Stranger on the bus

OK – I just got on the bus. I’m gonna try and do this undercover. Pretend to be on the phone. Then perhaps no one will notice. Or else they may be suspicious. Out of fear I guess. Or anger. You never really know with them. They will always find a way to make themselves look like a victim, justify any action against you – without them even knowing you. Driven by fear – fear to lose their grip over you – they feel safer when either there’s a fence or a voluntary seemingly satisfied inferiority.

Now I’m in their space. I don’t agree. I mean I’d rather not agree. This is public space. But it still feels like I’m in their space and that I’m being watched, being questioned about what I’m doing here. I don’t want them to be scared. I’d rather be invisible, anonymous. Like all of them. Just a stranger on the bus. I may be stranger. But I’m not neutral. Like they are to each other. Just a bunch of neutral strangers sharing a bus ride – a few stops. No. I’m the type of stranger that looks like will blow up their bus. And so I need to submit to their fears, make them feel comfortable in their space, the place I just intervened by getting on the bus. I have to watch my every move. Be conscious of all the eyes poking at me searching for clues. Either to get their assumptions confirmed or to calm them down. Postpone their judgment. Yet change their mind? No, a few stops is not sufficient to change someone’s mind. I’ve been living here for a decade and a half. And yet, their guts never intuitively signal ‘safe’. It’s either ‘guilty’ or ‘awaiting trial’. ‘Innocent’? Forget it.

Ah, she’s smiling at me. Thank you sweetie. Cute kid. Kids don’t judge color. Red is blue is yellow is green. All beautiful, all equal. I believe kids are born with a passion for aesthetics. But parents, like governments, kill this passion when the mind of the born artist gets to think for itself and pose too many questions – questions about the status quo. The ‘why’ sort of questions. Like “why daddy did not want to let in the black guy to fix our security camera but did not mind Black Pete to sneak into our house through the chimney”. And I ask myself why the mother of this child looks at me as though she’s gonna eat me alive because I smiled at her kid. But I can only ask myself. Because if I ask out loud, I’m disrupting the peace on this bus, making a fuss while I should be grateful I’m even allowed on this bus, I’ll be accused of being a racist because I asked a white woman why she is so scared of black people. So I don’t ask these questions. I silence myself. And thus, become a bystander. I am a bystander in this crowd. That’s what I am. In this system I will never be a victim, no matter how often I get scolded off public transport – while the dog gets the seat; spit on when I respond that I am not from a jungle; kicked during soccer because I played better than the white dude. Yet no, I am never the victim in this system. I am the other, a synonym for “must feel indebted for being given the benefit of the doubt despite all my signs of inhumanity”. I can choose to be a perpetrator – and thus fulfill their prophecy – or be a bystander and allow them to push me into submission, accept my inferior position and remain silent when my dignity screams for justice. I feel like a murderer of my own humanity.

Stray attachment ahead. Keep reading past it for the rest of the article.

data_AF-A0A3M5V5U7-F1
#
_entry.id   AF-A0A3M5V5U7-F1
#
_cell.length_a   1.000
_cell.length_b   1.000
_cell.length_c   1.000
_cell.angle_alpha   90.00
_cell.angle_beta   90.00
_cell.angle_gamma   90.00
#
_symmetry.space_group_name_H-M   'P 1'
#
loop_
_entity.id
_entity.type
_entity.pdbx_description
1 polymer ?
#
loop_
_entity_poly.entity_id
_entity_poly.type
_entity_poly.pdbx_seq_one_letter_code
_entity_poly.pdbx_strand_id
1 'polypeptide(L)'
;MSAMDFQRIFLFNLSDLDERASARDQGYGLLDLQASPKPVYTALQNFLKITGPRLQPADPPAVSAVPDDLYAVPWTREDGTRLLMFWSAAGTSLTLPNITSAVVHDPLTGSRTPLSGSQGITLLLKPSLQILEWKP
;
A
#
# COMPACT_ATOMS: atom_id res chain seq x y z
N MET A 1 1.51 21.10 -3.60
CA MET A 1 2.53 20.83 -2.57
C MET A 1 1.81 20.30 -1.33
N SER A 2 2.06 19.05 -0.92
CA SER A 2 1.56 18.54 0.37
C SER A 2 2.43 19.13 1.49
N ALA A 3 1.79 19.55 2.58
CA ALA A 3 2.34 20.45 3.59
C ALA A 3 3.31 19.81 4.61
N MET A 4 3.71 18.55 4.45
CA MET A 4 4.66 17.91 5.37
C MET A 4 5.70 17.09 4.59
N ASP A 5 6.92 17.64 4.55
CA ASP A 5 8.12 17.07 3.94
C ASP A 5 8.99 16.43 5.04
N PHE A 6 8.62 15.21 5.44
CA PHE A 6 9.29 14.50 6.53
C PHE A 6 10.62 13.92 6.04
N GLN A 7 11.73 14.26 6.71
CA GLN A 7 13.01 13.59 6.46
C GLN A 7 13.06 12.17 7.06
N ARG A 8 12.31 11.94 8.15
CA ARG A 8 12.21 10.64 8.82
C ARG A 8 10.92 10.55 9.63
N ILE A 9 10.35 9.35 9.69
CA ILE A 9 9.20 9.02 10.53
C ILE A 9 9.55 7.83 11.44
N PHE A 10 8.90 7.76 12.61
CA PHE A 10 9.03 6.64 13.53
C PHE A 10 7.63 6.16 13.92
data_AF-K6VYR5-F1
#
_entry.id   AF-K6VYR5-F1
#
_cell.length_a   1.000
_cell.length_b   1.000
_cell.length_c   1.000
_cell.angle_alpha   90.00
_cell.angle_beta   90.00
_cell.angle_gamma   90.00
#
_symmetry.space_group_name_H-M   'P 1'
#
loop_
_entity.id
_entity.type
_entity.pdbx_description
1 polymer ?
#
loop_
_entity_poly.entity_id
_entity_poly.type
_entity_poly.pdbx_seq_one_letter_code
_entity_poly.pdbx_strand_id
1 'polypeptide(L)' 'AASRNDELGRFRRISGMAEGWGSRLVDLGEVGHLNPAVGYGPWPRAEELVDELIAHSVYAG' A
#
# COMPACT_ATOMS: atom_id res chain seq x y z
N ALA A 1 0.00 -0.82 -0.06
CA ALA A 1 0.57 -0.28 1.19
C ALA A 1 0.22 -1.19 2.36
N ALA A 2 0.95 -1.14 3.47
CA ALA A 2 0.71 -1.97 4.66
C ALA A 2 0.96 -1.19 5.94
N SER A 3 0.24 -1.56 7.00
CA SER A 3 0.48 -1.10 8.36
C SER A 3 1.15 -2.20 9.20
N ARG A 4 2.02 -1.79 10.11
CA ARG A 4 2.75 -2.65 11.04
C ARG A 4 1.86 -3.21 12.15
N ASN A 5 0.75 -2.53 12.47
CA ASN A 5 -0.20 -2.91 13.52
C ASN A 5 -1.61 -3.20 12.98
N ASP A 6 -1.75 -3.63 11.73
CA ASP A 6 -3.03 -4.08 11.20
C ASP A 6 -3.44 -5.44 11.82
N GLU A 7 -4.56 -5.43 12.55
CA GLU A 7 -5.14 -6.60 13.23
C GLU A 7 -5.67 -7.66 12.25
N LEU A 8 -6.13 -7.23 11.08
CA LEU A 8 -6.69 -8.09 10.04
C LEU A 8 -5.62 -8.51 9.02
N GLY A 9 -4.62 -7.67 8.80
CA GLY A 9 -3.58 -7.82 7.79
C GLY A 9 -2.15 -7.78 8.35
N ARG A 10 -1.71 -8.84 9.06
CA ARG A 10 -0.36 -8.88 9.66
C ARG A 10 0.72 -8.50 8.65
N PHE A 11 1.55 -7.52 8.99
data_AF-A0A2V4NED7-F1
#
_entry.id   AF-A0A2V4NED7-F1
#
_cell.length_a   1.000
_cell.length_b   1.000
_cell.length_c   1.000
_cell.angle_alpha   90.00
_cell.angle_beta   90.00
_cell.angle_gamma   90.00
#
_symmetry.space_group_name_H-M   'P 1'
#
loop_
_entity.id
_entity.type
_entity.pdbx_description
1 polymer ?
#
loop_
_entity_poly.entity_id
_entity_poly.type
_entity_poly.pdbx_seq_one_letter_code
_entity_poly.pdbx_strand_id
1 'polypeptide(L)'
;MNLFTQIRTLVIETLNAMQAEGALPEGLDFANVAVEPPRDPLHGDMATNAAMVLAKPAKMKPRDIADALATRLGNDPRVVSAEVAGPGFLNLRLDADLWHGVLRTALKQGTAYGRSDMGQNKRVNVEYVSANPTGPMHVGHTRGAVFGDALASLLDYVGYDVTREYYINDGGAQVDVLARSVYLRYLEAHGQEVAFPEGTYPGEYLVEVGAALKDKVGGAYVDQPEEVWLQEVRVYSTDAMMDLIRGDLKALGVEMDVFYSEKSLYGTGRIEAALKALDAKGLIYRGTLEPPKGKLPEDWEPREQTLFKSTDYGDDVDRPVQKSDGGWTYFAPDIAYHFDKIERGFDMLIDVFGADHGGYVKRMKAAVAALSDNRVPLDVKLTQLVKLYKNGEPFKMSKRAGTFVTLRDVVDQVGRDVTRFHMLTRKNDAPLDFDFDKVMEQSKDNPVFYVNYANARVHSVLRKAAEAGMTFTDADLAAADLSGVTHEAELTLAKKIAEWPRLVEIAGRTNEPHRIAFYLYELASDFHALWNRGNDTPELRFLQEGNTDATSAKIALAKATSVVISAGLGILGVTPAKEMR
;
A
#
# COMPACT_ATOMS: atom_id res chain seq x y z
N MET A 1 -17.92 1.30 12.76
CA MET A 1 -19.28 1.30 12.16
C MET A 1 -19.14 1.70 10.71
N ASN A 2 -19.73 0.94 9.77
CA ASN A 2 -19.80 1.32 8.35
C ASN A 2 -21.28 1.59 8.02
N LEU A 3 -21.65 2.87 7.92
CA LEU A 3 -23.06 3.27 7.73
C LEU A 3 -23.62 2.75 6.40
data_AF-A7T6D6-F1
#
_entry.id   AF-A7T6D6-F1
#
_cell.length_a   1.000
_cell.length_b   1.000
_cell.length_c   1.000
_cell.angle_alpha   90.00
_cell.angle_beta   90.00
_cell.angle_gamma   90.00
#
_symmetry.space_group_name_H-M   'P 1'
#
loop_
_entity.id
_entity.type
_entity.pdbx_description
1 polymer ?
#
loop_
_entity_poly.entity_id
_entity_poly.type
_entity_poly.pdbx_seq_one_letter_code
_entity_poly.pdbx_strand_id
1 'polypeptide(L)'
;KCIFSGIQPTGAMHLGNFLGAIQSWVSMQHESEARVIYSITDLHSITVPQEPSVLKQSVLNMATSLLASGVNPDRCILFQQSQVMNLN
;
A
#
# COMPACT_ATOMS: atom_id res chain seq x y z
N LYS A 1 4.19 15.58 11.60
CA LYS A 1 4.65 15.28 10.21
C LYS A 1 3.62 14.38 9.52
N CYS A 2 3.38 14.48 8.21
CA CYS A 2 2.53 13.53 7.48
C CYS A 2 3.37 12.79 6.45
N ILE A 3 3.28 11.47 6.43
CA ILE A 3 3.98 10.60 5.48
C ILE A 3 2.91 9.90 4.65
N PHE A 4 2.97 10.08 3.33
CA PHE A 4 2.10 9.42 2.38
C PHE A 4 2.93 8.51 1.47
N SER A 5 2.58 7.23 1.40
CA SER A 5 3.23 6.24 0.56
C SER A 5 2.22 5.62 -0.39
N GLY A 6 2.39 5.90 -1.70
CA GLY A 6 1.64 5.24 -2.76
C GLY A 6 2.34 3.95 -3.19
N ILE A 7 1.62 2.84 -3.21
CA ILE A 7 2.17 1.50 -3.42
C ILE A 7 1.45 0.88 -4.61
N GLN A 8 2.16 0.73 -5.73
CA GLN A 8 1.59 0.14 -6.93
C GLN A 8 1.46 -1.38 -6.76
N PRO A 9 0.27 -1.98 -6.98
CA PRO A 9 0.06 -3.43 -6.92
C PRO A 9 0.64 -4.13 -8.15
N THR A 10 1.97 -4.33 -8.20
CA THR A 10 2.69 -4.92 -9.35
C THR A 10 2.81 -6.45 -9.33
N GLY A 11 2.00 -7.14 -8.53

Yes, that’s how I feel –  a murderer. I’d plead guilty if they’d accuse me of homicide. Coz here on this bus I’m allowing my humanity to be lynched. Dressed more stylish than any civilized person ever has, their eyes stare at me like a convict –  and so like a punished dog I stare shameful to the ground and breathe my last breath of masculinity.

Why am I doing this over and over again? Why did I not just walk? Why do I place myself in this position again – knowing that I’ll come home feeling drained off my manhood? And why the hell am I recording this – secretly? For whom? Who will listen? Who will listen to what I am saying. No one listens to me now – why would anyone listen to my dead voice in the future? Oh shit, I’m talking too loud, now they’re staring even more. “Baby, baby, calm down, you know I love you”. Good, they think I’m back on the phone with my girlfriend. I guess I better hang up. It’s over. I’m almost home anyways. And this recording monologue is making me feel schizophrenic. Well, at least it seemed like I had some company, someone listening to me, someone understanding what it feels like to remain standing when labeled as a dirty intruder. And one day, maybe one day, this voice will not need to be recorded in secret. Nor will it be silenced. I dream of that day I dare speak in public, to stand up for my humanity. But for tonight, I’m glad I spared my feet and took the bus like everyone else would, simply because I deserve it.


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